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Animal diversity October 2007 for thumbnail.jpg

Animals are multicellular, eukaryotic organisms of the kingdom Animalia (also called Metazoa). Their body plan eventually becomes fixed as they develop, although some undergo a process of metamorphosis later on in their lives. Most animals are motile, meaning they can move spontaneously and independently. Most all animals must ingest other organisms or their products for sustenance, with the exception of those that form symbiotic relationships with photosynthetic organisms.

Most known animal phyla appeared in the fossil record as marine species during the Cambrian explosion, about 542 million years ago. Animals are divided into various sub-groups, some of which are: vertebrates (birds, mammals, amphibians, reptiles, fish); mollusks (clams, oysters, octopuses, squid, snails); arthropods (millipedes, centipedes, insects, spiders, scorpions, crabs, lobsters, shrimp); annelids (earthworms, leeches); sponges; and jellyfish.

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Barentsia discreta

Entoprocta is a phylum of mostly sessile aquatic animals, ranging from 0.1 to 7 millimetres (0.0039 to 0.28 in) long. Mature individuals are goblet-shaped, on relatively long stalks. They have a "crown" of solid tentacles whose cilia generate water currents that draw food particles towards the mouth, and both the mouth and anus lie inside the "crown". The superficially similar Bryozoa (Ectoprocta) have the anus outside a "crown" of hollow tentacles. Most families of entoprocts are colonial, and all but 2 of the 150 species are marine. A few solitary species can move slowly. Some species eject unfertilized ova into the water while others keep their ova in brood chambers until they hatch, and some of these species use placenta-like organs to nourish the developing eggs. After hatching, the larvae swim for a short time and then settle on a surface. There they metamorphose, and the larval gut generally rotates by up to 180°, so that the mouth and anus face upwards. Both colonial and solitary species also reproduce by cloning – solitary species grow clones in the space between the tentacles and then release them when developed, while colonial ones produce new members from the stalks or from corridor-like stolons. Some species of nudibranchs ("sea slugs") and turbellarian flatworms prey on entoprocts. A few entoproct species have been found living in close association with other animals. It is uncertain whether any are invasive species.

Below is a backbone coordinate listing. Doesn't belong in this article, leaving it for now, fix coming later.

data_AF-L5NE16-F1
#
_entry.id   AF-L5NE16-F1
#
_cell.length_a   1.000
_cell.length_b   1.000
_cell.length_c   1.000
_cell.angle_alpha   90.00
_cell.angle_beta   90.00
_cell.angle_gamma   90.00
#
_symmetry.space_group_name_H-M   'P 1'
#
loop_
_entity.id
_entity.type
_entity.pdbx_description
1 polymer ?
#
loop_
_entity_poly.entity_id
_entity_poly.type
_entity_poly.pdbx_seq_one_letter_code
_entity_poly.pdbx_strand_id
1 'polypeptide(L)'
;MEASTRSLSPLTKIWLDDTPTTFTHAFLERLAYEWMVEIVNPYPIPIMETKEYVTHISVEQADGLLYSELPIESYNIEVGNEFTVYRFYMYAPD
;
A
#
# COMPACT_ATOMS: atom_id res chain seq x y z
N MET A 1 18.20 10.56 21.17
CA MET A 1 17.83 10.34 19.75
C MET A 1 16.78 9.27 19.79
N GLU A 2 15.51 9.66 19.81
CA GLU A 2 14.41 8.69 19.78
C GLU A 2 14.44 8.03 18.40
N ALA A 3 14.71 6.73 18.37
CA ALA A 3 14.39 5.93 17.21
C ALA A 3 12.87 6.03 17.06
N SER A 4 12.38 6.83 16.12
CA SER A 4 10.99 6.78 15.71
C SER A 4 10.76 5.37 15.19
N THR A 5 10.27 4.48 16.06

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Golden toad
Credit: Charles H. Smith, USFWS

The golden toad (Bufo periglenes) is an extinct species of true toad that was once abundant in a small region of high-altitude cloud-covered tropical forests, about 30 km2 (12 sq mi) in area, above the city of Monteverde, Costa Rica. The last reported sighting of a golden toad was on 15 May 1989. Its sudden extinction may have been caused by chytrid fungus and extensive habitat loss.

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A male Tasmanian devil in an aggressive posture
The Tasmanian Devil is a carnivorous marsupial found exclusively on the Australian island of Tasmania. At the size of a small dog, but stocky and muscular, the Tasmanian Devil is the largest carnivorous marsupial in the world. The devil is characterised by its black fur, offensive odour when stressed, extremely loud and disturbing screech, and vicious temperament when feeding. Known to hunt, as well as to scavenge carrion, communal eating is one of the few social activities in which the usually solitary devil participates. The Tasmanian Devil became extinct on the Australian mainland about 400 years prior to European settlement in 1788. The people of Tasmania saw devils as a threat to livestock and hunted them until 1941, when the animals were officially protected. Since the late 1990s devil facial tumour disease has reduced the devil population significantly and threatens the survival of the species. The impact of the disease on devil population may lead to listing of the devil as an endangered species.

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